Mary Louise Vellacott was born in Bideford, Devon in 1863, the only daughter of Jane and Henry Vellacott, a master mariner and latterly a shipowner. Mary spent a good part of her childhood in Penarth, near Cardiff, but by the time Mary was 17, she was back in her birthplace, lodging with a widowed uncle who was also a former mariner. At some point after Henry Vellacott died in 1884, Mary and her mother came to live in Leamington where they took rooms at Langton House on Leam Terrace.
It is not known how or why Mary Vellacott became interested in women’s suffrage, but it may have been prompted to some extent by her treatment after the municipal elections in 1909. Forty years before, women had been granted the right to vote in local elections, provided that they fulfilled certain residential requirements. In September 1909, the Leamington Spa Courier recorded that Miss Vellacott had cast her vote, only for it to be queried by the election agents for Liberal and Conservative council members, who attempted to have her vote ( and that of a number of men) invalidated on the grounds of non-compliance with residential qualifications. Miss Vellacott, who described herself as a writer, put up a stout defence, having lived at Langton House, Leam Terrace for the preceding nine years, where she paid a supplement for the sole use of a sitting room, and even had her own gas meter! The agents’ challenge was overturned, and her vote was allowed to stand.
Miss Vellacott joined the Suffragist movement, and became Secretary of the Leamington branch of the National Union for Women’s Suffrage Society (NUWSS), where well-known author Mary Dormer Harris was also an active member. She attended conferences and demonstrations in London, Manchester and Birmingham, and other meetings all over the Midlands. She was an energetic, eloquent supporter of the cause, addressing meetings and writing regularly to the local press on women’s suffrage and the long overdue right to citizenship for all women. In letters to the Leamington Courier, she constantly reiterated the NUWSS aim to achieve enfranchisement by peaceful means, condemning violence in political propaganda and supporting only constitutional means of acquiring the vote. She campaigned long and hard for appropriate recognition of the huge contribution women made to so many institutions, particularly to School Boards, where the work of women volunteers was so indispensable that even though the Education Act of 1902 disqualified women from election to School Boards, Education Committees were bound by the Act to co-opt them as [non-voting] members. At every opportunity, Miss Vellacott emphasized the benefits of enfranchising women, and giving them true equality. At a NUWSS meeting in Stratford, In 1907, to loud applause, Miss Vellacott affirmed “the great educative effect that the franchise had on those who exercised it [ in Australia and new Zealand]”, claiming that granting women the vote would have a great influence on the course of history.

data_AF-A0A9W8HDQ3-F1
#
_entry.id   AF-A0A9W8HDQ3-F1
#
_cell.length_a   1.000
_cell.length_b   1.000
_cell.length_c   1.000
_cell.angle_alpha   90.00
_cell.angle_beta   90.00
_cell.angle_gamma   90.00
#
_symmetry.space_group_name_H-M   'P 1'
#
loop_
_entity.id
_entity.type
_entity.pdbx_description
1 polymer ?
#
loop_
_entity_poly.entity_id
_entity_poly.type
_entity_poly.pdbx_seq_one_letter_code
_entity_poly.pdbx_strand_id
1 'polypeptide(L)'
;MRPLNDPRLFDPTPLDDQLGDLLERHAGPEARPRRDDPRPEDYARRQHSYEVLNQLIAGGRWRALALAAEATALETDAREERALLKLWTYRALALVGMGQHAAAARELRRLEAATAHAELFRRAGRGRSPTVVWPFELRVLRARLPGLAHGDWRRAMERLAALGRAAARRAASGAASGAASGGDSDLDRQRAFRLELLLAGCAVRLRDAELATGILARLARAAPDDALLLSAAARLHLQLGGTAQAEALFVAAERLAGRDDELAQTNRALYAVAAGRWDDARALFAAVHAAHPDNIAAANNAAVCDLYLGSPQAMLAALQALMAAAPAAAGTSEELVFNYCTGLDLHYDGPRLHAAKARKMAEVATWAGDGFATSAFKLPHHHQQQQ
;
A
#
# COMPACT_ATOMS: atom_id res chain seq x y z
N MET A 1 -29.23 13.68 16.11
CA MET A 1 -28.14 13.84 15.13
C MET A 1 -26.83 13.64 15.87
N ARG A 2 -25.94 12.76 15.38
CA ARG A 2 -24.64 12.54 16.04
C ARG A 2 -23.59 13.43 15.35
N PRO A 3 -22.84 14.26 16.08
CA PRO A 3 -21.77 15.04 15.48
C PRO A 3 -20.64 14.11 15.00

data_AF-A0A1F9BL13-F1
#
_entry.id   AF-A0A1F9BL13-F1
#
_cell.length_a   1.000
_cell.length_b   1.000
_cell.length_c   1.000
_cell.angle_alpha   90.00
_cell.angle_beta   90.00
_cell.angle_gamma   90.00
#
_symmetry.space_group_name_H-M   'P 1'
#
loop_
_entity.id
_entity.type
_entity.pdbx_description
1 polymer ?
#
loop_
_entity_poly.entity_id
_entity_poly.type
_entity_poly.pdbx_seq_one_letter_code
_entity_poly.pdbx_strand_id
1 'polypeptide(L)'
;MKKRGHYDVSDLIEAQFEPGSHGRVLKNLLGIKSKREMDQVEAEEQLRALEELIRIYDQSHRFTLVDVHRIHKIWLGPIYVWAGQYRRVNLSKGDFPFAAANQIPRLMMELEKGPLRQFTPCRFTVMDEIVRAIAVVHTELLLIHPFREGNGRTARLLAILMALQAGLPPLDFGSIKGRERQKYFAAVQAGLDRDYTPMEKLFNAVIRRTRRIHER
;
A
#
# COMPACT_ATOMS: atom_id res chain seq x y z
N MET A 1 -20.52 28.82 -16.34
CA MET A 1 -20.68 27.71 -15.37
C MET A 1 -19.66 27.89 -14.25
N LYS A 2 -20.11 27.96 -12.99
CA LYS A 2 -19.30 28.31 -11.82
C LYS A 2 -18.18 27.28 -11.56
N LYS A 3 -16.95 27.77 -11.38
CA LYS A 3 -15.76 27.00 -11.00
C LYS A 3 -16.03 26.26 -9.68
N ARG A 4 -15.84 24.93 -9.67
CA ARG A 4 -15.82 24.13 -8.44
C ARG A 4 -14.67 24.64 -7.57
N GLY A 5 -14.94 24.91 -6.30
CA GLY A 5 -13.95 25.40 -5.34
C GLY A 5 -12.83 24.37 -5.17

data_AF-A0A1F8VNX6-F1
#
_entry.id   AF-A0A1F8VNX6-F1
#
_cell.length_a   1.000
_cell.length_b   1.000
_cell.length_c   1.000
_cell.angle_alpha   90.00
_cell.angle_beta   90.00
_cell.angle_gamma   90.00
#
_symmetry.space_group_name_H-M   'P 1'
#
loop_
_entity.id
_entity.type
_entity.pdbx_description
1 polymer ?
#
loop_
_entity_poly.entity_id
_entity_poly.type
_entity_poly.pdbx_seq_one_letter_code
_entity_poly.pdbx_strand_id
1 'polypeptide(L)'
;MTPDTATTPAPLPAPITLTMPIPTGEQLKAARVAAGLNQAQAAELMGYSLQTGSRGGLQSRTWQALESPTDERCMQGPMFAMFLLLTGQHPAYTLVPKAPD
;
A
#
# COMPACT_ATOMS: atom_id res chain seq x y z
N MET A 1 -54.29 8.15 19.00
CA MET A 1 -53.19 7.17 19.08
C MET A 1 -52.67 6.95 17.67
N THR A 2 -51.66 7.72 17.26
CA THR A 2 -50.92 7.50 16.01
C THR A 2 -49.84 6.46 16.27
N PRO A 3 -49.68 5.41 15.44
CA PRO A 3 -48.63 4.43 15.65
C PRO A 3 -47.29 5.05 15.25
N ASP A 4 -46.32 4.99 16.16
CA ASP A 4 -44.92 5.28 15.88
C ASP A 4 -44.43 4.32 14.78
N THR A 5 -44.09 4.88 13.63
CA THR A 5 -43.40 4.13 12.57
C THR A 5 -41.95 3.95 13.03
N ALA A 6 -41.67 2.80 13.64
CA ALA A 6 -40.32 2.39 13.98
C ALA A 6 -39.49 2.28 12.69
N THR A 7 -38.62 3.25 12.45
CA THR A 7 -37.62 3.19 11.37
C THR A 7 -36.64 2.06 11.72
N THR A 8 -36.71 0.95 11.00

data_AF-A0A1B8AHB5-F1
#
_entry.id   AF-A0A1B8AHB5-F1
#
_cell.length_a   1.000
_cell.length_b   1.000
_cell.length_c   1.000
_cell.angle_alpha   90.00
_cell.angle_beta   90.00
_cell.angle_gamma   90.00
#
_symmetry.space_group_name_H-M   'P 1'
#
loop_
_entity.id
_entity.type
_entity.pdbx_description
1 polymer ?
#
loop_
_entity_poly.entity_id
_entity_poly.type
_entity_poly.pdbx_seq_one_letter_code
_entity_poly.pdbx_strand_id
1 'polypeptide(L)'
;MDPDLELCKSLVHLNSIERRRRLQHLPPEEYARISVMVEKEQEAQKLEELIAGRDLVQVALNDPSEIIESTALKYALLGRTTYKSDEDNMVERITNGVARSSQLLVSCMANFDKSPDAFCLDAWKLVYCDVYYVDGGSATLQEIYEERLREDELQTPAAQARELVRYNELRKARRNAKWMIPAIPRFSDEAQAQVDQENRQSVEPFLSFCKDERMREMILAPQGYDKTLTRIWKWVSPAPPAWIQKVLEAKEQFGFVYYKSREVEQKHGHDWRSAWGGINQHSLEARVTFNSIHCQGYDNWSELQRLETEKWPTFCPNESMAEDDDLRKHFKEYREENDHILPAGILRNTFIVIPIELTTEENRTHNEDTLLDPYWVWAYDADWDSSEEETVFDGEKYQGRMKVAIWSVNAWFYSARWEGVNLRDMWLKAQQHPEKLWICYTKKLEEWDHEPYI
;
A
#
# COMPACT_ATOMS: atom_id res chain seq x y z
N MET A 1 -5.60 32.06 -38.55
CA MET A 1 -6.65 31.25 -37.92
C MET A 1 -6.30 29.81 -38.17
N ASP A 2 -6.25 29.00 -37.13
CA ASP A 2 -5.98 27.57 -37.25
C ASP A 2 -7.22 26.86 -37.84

The Leamington branch of NUWSS was a vigorous, active one, keen to promote the cause. Leamington became the venue for a number of well attended public meetings, often fronted by well-known speakers of the day. In 1910, the Midland Federation Organiser, Miss Phillips came to Leamington for a week, and accompanied by Miss Vellacott, made house calls and addressed meetings not only in drawing rooms, but at Westgate School and at the Gas Works in Warwick , at Milverton Goods Station and at the Obelisk in the town centre. The daunting schedule and variety of venues reflects only too clearly the determination to reach as many willing listeners as possible. The following year, the Leamington branch of NUWSS joined forces with the Women’s Social and Political Union to lobby local M P, Mr Pollock, who subsequently affirmed his support for the cause at a meeting in the Winter Hall [now the Library], where Miss Elizabeth Fry was the principal speaker. As she concluded her address, Miss Fry expressed the view that the opponents of women’s suffrage were actuated not by “malice prépensé, but [that] they were more fools than knaves”, – which was greeted by loud laughter and a round of applause. In March of that year, as Hon Secretary of the local branch, Miss Vellacott addressed the Annual Meeting of the NUWSS at Leamington, proudly announcing that since the start of the Suffrage movement in the town, no fewer than four Women’s Suffrage Societies had sprung up, and that the Leamington branch of NUWSS was ably represented on the Midland Federation Committee.
After the death of her mother in February 1912, Miss Vellacott left Leamington for pastures new, to the great regret of her colleagues. The Leamington Courier reported that “The [NUWS] Society noted the absence from its ranks of ………. Miss Vellacott (Hon Secretary for 8 years),” and that she “would be welcomed back with open arms at any time [she] chose to return”. On 20 October 1912, Miss Vellacott was presented with an inscribed writing case, to mark her departure on a voyage round the world. On 24 October, she set sail from Southampton on the Orama, bound for Sydney, Australia.
There the trail goes cold. I have not been able to find out how long Miss Vellacott stayed there, or when she returned, but she resurfaced in the Oxford telephone directory in 1938. She died in Oxford in 1958, at the ripe old age of ninety five.